At the time this person contacted me, his big issue was his friends. He didn’t have any left.

As business failed to take off, this entrepreneur had to cut expenses. The mortgage couldn’t be kept up with. Soon, even rent was too much. He hit the road to be “location independent” – staying with friends while traveling across the continent.

At the time he submitted his Clarity Couch questionnaire, this person had lost those friends. He had been confronted and accused of being a “user”. After months of crashing on couches and borrowing money for essential expenses (food, gas)… people had had enough.

Conversations were had. The entrepreneur, pepped up with believe-in-yourself philosophy, rejected his angry friends. He named them unsupportive. The words “toxic beliefs” were thrown around.

He ended up living in his car, with no one to go to for shelter. Parking outside cafes to get on free wifi.

This entrepreneur asked me what to do next.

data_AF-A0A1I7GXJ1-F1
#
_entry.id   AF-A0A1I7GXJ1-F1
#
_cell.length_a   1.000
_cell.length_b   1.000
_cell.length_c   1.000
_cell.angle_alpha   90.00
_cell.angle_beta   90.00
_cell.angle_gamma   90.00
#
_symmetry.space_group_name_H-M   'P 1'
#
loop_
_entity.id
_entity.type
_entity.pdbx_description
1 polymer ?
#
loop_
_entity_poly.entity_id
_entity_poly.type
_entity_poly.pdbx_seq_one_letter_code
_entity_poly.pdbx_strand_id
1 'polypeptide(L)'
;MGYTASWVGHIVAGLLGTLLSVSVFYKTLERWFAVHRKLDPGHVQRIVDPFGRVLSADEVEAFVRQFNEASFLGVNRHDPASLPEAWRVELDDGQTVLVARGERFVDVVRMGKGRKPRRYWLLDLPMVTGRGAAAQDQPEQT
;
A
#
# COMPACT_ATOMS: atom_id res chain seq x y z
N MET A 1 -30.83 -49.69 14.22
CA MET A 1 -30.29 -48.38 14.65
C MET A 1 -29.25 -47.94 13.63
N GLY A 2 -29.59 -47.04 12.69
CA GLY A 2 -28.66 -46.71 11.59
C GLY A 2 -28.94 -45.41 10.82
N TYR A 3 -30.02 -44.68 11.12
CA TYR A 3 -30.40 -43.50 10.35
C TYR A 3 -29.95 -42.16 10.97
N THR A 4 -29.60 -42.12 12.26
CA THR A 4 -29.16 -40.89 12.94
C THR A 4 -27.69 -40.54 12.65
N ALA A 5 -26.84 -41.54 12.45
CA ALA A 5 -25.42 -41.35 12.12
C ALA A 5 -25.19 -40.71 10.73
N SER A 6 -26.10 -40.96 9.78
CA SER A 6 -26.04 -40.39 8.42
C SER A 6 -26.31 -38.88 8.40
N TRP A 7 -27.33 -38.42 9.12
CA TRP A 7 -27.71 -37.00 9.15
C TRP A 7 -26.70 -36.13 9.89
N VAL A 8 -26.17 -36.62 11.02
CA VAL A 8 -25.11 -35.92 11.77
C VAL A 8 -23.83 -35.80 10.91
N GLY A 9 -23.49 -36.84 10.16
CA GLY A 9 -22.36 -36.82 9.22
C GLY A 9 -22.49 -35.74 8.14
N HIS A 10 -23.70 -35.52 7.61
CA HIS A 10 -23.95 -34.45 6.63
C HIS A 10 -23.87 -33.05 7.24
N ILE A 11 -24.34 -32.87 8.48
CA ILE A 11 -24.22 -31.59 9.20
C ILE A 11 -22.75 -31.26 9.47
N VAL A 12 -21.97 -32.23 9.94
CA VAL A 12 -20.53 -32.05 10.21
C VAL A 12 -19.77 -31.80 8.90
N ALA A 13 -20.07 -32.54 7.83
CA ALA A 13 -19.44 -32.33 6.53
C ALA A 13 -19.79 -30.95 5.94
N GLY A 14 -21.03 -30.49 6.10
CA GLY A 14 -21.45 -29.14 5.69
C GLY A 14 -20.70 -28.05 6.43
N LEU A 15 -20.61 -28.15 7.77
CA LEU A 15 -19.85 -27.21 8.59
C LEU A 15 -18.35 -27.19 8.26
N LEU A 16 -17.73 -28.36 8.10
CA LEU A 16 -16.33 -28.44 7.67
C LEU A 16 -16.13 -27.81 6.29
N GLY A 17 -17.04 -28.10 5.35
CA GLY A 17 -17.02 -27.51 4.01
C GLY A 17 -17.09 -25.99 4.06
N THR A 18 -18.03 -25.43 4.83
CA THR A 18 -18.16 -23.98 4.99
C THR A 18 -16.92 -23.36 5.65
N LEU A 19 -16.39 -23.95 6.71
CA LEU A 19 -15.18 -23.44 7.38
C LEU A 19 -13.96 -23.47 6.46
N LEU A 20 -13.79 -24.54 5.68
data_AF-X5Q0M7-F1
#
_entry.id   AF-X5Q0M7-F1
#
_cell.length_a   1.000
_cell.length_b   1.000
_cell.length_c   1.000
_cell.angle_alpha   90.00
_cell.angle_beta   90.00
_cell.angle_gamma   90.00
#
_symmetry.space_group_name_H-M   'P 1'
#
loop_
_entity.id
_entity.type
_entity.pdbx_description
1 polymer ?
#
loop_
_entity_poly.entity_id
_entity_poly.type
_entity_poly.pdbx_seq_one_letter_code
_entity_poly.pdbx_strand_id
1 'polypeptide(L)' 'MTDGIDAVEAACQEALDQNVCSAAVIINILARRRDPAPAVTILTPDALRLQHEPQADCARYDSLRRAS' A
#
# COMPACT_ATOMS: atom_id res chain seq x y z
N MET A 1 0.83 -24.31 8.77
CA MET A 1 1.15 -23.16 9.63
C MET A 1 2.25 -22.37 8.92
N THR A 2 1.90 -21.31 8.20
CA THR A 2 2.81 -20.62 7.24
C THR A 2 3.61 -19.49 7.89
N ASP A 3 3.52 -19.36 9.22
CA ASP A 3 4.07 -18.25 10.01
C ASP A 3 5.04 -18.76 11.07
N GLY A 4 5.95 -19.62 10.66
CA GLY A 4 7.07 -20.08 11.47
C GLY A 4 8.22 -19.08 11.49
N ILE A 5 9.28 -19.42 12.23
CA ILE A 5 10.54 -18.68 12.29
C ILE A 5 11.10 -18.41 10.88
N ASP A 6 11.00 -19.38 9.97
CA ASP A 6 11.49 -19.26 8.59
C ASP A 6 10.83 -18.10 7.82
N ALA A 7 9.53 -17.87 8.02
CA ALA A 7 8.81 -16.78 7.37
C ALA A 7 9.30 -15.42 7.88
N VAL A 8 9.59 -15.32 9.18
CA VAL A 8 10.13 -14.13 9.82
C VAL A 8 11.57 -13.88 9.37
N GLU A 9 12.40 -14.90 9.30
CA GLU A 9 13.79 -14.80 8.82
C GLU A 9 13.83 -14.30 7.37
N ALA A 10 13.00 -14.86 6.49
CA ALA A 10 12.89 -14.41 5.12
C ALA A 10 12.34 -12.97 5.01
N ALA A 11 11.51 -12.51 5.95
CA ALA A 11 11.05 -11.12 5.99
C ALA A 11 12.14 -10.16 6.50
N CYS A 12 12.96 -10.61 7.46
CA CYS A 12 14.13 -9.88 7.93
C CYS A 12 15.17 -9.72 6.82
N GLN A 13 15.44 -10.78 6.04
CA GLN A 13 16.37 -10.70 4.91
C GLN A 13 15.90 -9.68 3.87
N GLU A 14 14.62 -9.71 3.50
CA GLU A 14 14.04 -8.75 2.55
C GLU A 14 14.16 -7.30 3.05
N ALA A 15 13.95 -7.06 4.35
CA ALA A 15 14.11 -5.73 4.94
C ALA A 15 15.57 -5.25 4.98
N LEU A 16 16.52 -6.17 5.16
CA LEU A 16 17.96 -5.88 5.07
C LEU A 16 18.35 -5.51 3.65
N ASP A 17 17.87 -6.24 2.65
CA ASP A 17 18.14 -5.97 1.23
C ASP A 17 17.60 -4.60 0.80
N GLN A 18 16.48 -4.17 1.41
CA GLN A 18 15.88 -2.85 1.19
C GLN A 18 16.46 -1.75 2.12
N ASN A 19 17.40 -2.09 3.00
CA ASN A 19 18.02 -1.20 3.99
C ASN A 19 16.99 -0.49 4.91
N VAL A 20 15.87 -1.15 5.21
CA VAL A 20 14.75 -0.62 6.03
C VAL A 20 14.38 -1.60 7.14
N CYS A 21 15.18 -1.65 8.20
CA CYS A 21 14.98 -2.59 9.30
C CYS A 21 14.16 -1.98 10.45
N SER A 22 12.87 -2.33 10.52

When you have nothing, not even a vision… Quit your Business, get a Job

The rags-to-riches dream still happens. Guy Laliberté is probably one of the more famous examples. He went from a penniless street performer to the CEO of Cirque Du Soleil with a net worth of $2.5 billion.

Vision is the difference between Laliberté and the person who contacted me. I won’t go near a discussion about their respective talent because that’s not what this is about.

Laliberté made a big dream happen. The freelancer was aiming to have “enough money to not have to worry about things”. Big difference.

My advice to the freelancer was to seek part time employment. To check the boxes on Maslow’s basic human needs. I told him that alleviating the types of stress he was experiencing, by creating some semblance of security and stability, was the best move for his business.

He needed vision. “Success no matter the cost” is only a viable attitude when you know what success looks like. There’s no point struggling to hustle when you lack a dream.

I told him a job was what his business needed.